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Remembering VOA legend Clyde Haehnle
West Chester remembers Clyde Haehnle, a broadcasting pioneer and American hero, who passed away Sunday, April 8 at age 95.
Haehnle was a legendary figure in Cincinnati and West Chester Township for his groundbreaking work to develop the technology of the Voice of America Bethany Relay Station in the early 1940s. The station broadcast news across the world from here in Butler County, Ohio until it was decommissioned in the early 1990s.
As a University of Cincinnati co-op student working with Crosley Broadcasting, Haehnle calculated and mapped the Bethany Relay Station rhombic antenna system that would allow the VOA broadcasts to travel around the globe. He achieved this without a computer, but with a simple slide rule.
Following Haehnle’s long and illustrious career in radio and television, he went on to help with the preservation and restoration the historic Bethany Relay Station where he worked for so many years. The facility, 8070 Tylersville Road, is now home to the National Voice of America Museum of Broadcasting.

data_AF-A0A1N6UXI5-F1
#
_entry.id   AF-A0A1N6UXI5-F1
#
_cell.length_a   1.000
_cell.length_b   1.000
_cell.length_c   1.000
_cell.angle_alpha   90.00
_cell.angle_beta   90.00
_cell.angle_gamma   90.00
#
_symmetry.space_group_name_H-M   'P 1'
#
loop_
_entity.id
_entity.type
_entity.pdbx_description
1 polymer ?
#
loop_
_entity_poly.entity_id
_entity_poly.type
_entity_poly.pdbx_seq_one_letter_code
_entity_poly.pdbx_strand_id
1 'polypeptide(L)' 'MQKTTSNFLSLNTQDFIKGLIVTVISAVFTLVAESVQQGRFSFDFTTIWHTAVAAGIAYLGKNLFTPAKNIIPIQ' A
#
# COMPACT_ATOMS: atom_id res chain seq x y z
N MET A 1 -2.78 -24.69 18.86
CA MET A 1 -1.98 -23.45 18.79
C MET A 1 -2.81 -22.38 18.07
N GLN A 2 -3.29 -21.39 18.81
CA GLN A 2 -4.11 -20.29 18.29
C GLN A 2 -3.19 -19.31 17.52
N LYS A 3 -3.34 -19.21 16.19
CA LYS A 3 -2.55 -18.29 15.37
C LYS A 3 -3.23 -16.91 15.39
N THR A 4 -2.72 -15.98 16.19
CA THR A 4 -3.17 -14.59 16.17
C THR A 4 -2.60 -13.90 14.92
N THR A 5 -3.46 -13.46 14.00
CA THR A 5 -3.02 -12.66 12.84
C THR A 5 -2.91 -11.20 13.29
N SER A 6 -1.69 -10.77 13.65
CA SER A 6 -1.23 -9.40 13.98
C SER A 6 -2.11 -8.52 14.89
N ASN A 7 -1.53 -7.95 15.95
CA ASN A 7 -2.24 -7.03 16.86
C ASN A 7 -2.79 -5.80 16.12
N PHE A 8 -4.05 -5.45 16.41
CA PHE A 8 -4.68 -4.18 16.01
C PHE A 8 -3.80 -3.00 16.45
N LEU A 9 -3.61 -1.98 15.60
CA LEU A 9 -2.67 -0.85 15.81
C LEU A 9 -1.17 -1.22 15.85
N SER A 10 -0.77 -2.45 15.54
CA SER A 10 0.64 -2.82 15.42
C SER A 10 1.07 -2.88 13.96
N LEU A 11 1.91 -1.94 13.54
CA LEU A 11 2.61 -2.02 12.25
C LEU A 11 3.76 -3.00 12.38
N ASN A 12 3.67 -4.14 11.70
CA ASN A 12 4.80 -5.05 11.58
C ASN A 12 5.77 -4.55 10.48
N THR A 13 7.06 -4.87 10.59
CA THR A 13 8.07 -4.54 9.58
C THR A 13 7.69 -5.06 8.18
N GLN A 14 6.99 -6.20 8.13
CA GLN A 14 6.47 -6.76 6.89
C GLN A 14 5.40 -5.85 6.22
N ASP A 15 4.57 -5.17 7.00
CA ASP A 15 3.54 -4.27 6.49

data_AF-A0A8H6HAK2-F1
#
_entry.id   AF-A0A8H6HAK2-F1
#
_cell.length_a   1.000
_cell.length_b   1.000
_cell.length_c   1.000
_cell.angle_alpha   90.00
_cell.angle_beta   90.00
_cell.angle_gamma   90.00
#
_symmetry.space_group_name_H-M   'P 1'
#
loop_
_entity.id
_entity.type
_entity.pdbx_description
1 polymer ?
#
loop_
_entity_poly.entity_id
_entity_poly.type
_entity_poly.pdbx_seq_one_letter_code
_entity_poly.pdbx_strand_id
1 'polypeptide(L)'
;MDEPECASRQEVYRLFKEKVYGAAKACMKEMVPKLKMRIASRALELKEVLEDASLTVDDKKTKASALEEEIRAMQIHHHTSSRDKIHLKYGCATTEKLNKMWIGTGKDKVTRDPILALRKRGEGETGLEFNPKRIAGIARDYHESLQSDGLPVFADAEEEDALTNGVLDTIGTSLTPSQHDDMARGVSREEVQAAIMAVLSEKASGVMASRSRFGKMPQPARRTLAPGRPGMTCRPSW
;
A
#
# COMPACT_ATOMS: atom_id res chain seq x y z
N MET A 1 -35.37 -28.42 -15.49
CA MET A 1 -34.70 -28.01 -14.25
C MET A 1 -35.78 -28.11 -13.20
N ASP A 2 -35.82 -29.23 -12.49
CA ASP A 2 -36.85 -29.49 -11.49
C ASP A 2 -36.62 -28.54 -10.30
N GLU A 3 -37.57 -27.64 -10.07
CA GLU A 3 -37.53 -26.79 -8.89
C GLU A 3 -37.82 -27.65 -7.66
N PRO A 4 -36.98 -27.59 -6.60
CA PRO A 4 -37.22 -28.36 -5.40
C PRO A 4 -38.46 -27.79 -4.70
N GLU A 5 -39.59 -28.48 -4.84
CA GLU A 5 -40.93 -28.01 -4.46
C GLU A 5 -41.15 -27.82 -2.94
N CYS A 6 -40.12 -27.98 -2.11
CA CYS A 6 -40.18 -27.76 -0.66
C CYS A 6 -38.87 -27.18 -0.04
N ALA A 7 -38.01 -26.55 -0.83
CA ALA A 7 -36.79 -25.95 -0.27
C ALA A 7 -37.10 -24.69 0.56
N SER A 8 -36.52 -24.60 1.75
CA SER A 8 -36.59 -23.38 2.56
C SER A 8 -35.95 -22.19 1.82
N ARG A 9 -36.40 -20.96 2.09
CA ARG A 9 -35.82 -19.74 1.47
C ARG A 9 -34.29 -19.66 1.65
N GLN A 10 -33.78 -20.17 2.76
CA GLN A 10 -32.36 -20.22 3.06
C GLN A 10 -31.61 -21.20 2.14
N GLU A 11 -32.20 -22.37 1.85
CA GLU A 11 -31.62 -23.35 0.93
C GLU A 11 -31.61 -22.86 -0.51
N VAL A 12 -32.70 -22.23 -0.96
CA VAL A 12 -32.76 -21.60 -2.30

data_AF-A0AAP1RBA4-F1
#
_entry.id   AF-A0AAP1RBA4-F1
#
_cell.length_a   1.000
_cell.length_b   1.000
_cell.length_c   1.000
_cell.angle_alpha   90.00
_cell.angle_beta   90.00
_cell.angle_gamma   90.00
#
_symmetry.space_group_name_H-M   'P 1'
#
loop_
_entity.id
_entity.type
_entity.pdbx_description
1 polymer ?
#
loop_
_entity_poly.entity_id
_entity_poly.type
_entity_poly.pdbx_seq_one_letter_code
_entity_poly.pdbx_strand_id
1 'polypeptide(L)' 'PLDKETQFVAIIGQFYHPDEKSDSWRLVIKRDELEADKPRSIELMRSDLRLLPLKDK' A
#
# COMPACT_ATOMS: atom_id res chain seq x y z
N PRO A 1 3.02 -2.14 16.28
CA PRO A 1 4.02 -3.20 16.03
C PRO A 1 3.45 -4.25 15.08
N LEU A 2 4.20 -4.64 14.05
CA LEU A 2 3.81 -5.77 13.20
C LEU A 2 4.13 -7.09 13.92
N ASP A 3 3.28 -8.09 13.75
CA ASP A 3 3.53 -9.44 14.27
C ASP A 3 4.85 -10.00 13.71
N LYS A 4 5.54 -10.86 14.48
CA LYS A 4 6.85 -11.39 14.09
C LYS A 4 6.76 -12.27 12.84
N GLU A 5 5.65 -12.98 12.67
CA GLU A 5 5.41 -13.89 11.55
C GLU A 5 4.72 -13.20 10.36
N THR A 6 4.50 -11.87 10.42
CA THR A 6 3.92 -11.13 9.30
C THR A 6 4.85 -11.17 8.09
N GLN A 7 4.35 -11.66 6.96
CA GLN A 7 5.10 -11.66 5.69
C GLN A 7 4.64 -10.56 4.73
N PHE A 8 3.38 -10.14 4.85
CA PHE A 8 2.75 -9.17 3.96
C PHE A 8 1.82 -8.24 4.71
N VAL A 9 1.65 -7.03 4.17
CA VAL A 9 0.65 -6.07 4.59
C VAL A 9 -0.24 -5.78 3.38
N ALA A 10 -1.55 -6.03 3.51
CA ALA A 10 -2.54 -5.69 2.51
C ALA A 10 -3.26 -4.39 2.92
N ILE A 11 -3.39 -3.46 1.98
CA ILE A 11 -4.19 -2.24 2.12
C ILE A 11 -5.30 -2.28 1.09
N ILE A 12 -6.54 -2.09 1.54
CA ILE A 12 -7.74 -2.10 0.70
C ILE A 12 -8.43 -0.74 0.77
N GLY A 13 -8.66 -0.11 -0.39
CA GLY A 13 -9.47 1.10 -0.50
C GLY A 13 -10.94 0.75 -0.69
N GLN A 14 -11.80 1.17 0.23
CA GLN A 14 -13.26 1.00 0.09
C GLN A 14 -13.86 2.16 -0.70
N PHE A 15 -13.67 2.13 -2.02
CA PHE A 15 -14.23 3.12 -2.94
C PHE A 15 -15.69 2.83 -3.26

“There is no doubt that Clyde is the single most important visionary and supporter of the Museum,” said Jack Dominic, museum director. “He gave freely of his talents and treasure to establish a world-class institution that would celebrate the power for good that radio had and can have on the lives of listeners world-wide.”
On May 13, 2016, the VOA Museum dedicated one of its conference rooms “Clyde Haehnle Hall.” It was in this room, more than 70 years prior that Clyde and his colleagues assembled, repaired and installed transmitters.
“I spent a lot of my life out here at this place,” Haehnle said during a 2016 interview at the dedication ceremony in his honor. He served at the Bethany Relay Station for almost two decades through the end of World War II and into the early years of the Cold War, up to and through the Berlin Crisis of 1961.
“In his later years his gait slowed but his mind remained quick. A conversation with Clyde was fun, educational and more what you would expect for a twenty-something rather than a man in his mid-90s,” Dominic remembered.
The VOA Museum that Haehnle helped launch is now open to visitors every Saturday and Sunday from 1 to 4 p.m. He said he hoped it would serve as a reminder of the importance of telling the truth.
“I think the thing that was important about the Voice of America is to tell the truth, don’t use propaganda or negative broadcasting,” Haehnle said in his 2016 interview. “If you start off telling the truth even though it’s bad, they’ll eventually believe you when it turns good.”
Read more about Clyde Haehnle and his legacy at www.voamuseum.org/about/news/clyde-haehnle/.